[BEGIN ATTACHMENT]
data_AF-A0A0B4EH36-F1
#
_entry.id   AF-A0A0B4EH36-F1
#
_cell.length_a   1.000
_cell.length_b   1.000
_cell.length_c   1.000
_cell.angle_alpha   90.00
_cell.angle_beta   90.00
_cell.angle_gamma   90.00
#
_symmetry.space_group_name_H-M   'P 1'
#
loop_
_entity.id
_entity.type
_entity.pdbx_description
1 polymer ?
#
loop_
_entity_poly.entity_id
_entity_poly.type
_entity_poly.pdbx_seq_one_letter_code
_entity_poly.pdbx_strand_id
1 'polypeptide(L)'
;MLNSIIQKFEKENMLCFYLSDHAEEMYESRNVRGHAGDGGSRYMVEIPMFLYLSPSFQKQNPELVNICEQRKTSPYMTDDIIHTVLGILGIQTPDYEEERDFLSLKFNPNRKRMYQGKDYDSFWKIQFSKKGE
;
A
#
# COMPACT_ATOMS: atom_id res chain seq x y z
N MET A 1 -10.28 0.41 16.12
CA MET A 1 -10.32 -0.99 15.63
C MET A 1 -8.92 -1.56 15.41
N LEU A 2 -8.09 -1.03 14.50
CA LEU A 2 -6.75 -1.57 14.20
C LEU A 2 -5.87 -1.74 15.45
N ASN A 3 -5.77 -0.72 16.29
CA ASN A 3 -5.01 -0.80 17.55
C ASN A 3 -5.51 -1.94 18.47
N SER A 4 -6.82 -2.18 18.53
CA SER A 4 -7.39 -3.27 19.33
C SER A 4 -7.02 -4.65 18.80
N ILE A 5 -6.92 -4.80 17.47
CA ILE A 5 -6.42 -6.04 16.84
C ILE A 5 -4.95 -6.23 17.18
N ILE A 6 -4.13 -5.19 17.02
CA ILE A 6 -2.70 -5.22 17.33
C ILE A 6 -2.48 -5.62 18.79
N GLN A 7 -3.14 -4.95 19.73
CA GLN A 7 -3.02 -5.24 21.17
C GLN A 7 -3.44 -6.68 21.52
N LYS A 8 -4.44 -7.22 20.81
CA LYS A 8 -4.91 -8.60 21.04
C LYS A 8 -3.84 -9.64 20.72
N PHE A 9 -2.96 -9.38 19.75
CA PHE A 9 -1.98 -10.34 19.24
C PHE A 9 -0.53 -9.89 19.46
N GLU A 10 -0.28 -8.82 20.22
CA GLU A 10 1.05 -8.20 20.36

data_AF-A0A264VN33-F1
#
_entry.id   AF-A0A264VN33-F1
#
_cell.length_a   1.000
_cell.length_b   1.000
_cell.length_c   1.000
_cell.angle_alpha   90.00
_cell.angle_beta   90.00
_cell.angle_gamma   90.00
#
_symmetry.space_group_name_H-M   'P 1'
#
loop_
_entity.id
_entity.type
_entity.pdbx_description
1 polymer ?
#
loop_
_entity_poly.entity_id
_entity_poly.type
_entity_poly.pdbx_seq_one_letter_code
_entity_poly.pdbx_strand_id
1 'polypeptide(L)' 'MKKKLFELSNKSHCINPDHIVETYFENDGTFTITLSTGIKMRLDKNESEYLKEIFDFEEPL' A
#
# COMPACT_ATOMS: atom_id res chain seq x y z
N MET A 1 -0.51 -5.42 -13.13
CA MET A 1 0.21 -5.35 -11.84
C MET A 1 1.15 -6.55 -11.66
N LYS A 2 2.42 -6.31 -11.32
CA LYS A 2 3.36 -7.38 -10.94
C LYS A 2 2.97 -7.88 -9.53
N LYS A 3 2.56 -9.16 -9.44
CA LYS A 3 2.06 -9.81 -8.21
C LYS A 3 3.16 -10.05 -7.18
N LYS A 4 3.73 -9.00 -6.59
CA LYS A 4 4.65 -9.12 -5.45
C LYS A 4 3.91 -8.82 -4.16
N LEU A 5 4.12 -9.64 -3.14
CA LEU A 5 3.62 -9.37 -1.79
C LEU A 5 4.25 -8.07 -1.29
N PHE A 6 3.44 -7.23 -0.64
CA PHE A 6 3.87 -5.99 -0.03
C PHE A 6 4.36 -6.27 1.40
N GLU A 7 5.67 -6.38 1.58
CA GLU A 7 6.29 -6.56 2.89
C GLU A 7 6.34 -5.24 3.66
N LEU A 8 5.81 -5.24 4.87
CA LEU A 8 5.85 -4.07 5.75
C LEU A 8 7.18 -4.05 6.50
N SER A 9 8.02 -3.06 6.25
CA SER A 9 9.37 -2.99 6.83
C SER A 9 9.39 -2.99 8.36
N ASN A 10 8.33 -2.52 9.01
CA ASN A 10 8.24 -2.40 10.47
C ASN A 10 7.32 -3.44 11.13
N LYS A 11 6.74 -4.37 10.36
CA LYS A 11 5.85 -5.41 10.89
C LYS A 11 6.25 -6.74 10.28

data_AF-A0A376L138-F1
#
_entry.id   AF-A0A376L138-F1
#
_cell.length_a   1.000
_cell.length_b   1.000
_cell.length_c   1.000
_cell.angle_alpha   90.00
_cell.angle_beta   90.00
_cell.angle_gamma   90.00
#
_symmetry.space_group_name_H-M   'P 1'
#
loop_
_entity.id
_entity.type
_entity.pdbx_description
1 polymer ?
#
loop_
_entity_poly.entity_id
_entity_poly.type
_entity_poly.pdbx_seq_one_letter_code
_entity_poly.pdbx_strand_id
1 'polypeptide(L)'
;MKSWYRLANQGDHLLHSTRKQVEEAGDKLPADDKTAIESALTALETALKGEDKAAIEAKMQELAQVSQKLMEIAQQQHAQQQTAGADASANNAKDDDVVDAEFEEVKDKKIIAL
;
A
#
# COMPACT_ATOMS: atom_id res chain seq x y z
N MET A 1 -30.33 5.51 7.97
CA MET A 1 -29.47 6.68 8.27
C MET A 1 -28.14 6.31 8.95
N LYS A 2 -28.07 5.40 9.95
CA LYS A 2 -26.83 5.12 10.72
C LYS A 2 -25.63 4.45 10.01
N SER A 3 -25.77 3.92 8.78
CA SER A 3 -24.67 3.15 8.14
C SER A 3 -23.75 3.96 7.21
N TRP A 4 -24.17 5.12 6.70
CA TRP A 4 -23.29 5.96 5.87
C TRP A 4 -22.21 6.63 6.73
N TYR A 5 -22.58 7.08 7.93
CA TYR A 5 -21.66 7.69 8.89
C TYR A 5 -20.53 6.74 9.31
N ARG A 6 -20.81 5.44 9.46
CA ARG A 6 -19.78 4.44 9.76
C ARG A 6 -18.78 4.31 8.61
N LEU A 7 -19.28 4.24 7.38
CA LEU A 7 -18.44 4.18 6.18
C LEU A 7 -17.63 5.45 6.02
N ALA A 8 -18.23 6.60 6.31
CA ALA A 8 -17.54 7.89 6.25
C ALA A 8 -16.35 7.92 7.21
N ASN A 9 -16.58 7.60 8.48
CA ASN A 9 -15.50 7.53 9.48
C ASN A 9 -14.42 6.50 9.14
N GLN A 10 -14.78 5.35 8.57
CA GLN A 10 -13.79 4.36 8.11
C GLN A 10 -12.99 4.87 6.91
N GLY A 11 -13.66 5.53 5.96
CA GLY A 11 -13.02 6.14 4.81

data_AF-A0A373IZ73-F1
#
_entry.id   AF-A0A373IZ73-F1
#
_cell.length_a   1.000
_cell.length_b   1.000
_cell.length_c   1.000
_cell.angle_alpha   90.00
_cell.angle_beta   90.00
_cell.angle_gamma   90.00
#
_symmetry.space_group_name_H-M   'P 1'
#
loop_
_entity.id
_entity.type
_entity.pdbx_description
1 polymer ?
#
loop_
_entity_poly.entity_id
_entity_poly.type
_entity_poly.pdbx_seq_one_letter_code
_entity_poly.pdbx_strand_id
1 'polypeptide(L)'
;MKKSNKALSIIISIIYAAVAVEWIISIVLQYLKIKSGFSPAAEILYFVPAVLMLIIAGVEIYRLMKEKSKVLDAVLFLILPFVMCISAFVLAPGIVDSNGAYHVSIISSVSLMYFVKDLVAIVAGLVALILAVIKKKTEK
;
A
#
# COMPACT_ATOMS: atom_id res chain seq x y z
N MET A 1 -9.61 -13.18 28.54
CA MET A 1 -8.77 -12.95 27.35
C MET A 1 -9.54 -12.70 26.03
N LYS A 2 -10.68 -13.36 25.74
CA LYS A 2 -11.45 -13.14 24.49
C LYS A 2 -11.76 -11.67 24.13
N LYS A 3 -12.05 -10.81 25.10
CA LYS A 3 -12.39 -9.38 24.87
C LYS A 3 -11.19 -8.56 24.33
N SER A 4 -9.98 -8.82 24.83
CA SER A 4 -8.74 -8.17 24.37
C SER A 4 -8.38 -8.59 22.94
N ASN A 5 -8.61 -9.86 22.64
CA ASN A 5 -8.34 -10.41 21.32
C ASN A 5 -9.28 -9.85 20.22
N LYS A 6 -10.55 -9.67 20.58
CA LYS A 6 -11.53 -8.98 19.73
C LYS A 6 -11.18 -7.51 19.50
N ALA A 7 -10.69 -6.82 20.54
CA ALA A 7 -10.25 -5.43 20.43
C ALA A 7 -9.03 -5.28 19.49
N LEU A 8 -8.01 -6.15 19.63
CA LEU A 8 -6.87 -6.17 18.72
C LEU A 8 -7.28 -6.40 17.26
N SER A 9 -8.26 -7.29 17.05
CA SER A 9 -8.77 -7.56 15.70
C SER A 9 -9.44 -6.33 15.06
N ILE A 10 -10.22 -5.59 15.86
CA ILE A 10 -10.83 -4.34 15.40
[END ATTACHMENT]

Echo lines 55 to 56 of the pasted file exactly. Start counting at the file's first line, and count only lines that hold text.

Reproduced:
N PHE A 9 -2.96 -9.38 19.75
CA PHE A 9 -1.98 -10.34 19.24